Unfair, unbalanced, anti-social: The criticism of the pension plans of French President Emmanuel Macron shows in mass protests across the country. OECD pension expert Monika Queisser explains the background to the general strike that has paralyzed all of France since Thursday morning.
SPIEGEL: Since this morning, public employees are protesting against the government's planned pension reform - because they fear for their privileges or because the proposed reform is indeed unfair?
Queisser: I would rather say that the old pension system that has existed since 1945 is unfair. There are 42 different pension schemes in France for different professions, including the so-called "régimes spéciaux" for employees of state enterprises and civil servants. This means that every euro that is deposited will yield a different pension depending on the system. The main objective of the planned reform is to create a unified system. But of course there are always winners and losers. And the losers include those who previously benefited from a particularly generous pension system. These include the railway workers of the state-owned company SNCF and the employees of the Paris transport company RATP, which are therefore on strike today.
SPIEGEL: So far, employees have been able to retire in part from the age of 52. What does it mean, if the SNCF goes on strike, that was already the case during the protests of several weeks in 1995?
Queisser: The SNCF has great power. When the work has stopped, it just affects a lot of people. But other professional groups have joined in, who fear that the reform will make it worse for them to retire. Also nearly 50 percent of the teachers and many lawyers are protesting. In the beginning, the French were more open to the government's reform project. Still, many details are not known. But the longer it takes, the more resistance there is. In the vacuum that has arisen, everyone projects their own fears. Many have such a diffuse feeling that it will somehow be unfair without them knowing exactly what is changing.
16 picturesStrike in France: Day of mass protests
SPIEGEL: Was it a mistake that the government kept everything in check for so long?
Queisser: It was good that she had a lengthy discussion with the social partners. In France, that is not as self-evident as in Germany, so it was urgently necessary. It was about fundamental questions: how much redistribution, how much solidarity do you want? How do you keep it with intergenerational fairness? However, one has, if one has agreed with unions and employers on basic values, eventually put the cards on the table. This has taken a long time, until next week, the government wants to disclose their plans.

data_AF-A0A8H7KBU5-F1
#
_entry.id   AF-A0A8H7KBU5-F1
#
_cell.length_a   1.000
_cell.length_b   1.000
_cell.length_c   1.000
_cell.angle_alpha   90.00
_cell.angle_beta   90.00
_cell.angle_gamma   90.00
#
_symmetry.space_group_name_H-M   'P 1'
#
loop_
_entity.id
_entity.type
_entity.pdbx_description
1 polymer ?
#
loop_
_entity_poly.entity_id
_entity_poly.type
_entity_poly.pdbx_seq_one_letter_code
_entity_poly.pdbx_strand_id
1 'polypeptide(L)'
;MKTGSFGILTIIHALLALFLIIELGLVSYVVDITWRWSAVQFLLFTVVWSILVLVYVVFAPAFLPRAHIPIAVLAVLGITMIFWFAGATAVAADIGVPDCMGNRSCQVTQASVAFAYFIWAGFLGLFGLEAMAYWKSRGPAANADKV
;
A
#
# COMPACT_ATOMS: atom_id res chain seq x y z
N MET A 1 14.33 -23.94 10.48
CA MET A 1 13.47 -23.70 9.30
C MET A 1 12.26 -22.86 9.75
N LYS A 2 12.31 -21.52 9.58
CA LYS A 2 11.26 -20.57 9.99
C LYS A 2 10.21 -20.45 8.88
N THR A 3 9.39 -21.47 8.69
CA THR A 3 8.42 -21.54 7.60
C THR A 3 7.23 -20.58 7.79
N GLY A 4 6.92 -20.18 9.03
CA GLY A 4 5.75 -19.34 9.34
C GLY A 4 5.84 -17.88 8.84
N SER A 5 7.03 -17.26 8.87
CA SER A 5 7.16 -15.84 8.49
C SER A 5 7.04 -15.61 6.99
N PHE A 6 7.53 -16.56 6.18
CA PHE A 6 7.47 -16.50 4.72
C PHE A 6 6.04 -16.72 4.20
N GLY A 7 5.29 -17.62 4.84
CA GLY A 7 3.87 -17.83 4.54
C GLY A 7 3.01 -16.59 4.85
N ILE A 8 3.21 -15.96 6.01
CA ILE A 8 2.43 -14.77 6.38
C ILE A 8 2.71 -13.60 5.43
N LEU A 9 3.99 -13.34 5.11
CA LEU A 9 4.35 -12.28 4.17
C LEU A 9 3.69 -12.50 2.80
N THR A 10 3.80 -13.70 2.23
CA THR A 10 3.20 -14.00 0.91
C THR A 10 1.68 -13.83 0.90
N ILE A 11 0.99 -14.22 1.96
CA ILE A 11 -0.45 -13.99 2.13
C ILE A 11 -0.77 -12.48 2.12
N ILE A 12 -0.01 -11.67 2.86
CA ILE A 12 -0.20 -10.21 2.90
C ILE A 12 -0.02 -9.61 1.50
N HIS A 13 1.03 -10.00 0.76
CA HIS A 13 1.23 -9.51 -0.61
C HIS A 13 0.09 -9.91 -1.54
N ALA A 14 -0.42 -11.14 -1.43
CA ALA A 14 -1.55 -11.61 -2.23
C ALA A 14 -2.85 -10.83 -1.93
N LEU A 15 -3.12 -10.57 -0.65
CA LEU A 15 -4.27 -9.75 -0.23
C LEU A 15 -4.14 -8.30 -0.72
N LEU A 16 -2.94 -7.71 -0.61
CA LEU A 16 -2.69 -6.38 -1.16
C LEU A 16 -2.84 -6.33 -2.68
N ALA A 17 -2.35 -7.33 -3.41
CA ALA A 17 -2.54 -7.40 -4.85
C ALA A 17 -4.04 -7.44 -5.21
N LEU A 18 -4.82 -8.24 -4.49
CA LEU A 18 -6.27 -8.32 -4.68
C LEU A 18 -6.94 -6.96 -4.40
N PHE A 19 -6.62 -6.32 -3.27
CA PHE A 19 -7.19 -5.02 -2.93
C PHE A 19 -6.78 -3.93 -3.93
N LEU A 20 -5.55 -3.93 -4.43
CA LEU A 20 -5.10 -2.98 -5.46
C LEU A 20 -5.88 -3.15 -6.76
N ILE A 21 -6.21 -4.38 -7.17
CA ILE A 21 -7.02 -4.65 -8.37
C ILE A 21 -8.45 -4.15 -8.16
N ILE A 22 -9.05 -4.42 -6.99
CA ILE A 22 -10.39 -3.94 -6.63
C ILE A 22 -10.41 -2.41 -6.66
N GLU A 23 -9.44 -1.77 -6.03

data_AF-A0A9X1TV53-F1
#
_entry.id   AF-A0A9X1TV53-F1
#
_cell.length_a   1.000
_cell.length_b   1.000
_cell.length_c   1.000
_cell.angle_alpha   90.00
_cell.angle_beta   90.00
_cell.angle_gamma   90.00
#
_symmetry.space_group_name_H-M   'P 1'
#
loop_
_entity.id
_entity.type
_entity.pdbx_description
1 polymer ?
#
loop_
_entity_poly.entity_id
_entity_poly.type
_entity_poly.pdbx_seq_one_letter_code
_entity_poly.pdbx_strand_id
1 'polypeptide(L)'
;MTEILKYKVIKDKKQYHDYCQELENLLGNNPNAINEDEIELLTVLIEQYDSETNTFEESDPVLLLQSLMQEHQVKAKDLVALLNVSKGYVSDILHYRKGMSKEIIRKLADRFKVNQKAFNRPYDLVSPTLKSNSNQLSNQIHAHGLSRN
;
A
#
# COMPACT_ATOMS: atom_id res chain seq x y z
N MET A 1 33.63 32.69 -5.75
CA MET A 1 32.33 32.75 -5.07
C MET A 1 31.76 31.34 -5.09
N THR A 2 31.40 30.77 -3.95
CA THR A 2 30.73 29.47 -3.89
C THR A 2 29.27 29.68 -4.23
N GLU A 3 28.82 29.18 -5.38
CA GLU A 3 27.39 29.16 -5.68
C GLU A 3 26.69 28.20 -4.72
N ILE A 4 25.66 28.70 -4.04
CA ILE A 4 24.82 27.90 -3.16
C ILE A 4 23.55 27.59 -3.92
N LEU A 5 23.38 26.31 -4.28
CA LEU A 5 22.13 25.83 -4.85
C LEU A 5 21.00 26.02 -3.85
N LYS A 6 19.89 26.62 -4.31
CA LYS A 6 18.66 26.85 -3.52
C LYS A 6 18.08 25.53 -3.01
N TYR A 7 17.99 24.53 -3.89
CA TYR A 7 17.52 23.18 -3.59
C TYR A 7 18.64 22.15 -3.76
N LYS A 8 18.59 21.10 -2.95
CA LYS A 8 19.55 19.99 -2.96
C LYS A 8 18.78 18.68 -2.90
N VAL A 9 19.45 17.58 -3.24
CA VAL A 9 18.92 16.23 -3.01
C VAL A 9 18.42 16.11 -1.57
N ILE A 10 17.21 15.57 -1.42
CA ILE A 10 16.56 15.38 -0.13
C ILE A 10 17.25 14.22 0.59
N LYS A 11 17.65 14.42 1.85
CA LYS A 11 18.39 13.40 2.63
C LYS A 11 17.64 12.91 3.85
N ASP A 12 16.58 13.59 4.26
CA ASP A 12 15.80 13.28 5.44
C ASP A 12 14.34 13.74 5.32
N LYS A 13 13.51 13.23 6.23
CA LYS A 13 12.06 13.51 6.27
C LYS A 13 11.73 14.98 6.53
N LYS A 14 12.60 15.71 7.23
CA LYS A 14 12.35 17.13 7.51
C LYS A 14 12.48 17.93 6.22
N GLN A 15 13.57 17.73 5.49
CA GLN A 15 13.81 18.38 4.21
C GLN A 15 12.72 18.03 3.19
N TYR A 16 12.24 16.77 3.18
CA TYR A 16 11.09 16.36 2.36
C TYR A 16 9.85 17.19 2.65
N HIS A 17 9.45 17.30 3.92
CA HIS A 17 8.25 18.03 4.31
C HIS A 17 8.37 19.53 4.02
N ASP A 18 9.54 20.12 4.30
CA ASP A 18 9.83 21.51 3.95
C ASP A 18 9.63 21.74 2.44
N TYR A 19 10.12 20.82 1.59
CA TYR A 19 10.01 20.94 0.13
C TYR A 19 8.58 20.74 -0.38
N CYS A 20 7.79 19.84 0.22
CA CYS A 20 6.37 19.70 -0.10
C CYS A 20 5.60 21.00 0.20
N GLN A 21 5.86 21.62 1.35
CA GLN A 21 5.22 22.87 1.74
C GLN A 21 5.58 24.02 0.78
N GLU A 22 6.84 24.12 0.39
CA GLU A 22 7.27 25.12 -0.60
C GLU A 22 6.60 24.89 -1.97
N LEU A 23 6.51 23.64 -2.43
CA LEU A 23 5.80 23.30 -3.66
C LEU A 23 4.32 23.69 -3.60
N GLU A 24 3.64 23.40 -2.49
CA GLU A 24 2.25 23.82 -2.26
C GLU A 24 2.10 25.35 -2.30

SPIEGEL: The OECD has repeatedly criticized the existing pension system. Do you advocate the planned conversion into a point system?
Queisser: Absolutely, it's right to unify the system. At the moment it is not only unfair, but also totally confusing due to the wild juxtaposition of a multitude of special regulations. It becomes quite difficult when you change the pension system several times in your professional life, which is now the rule. Many people have pension entitlements from multiple systems and little clarity about which pension comes out in the end.
SPIEGEL: What makes the pension in France so unfair?
Queisser: So far there are two compulsory systems, the so-called regime général, ie the basic pension system, and a compulsory supplementary pension system, which already works today according to the points principle. For the basic pension, an income base is calculated by taking the 25 best income years and calculating an average salary on this basis. 50 percent of this will then be paid as a pension. Above all, this calculation favors employees with a high income progression, ie generally higher-earning people. If you only earn a minimum or a little more for a lifetime, that's no use. In addition, hours worked, for example by craftsmen, are taken into account only if a minimum of 150 hours per trimester is achieved. The new system stipulates that every hour worked, every euro paid will be credited. Regardless of the planned reduction of special regimes, the new calculations will provide more equity.
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SPIEGEL: On average, the French receive much higher pensions than the Germans, how does that come about?
Queisser: France simply pays much more for pensions than Germany, about 14 percent of the gross national product, in Germany it is only 11 percent. The total pension expenditure is thus higher and the performance calculation is more generous. The average French pension is more than 1600 euros. In contrast to Germany, most French people also have an additional pension. In Germany, company care is not compulsory. Another reason is that French women are working full-time much more often and are earning higher pension entitlements, which raises the average.
SPIEGEL: What is France facing in the coming days?
Queisser: That's hard to say. The specter of the protests of 1995 is conjured up again and again, at that time the strikes lasted for weeks. But I think we are in a different situation today. The strike has been announced for a long time. Companies and schools have prepared for it, meetings have been relocated. If it takes a long time, which we do not know today, then the protests can be very powerful.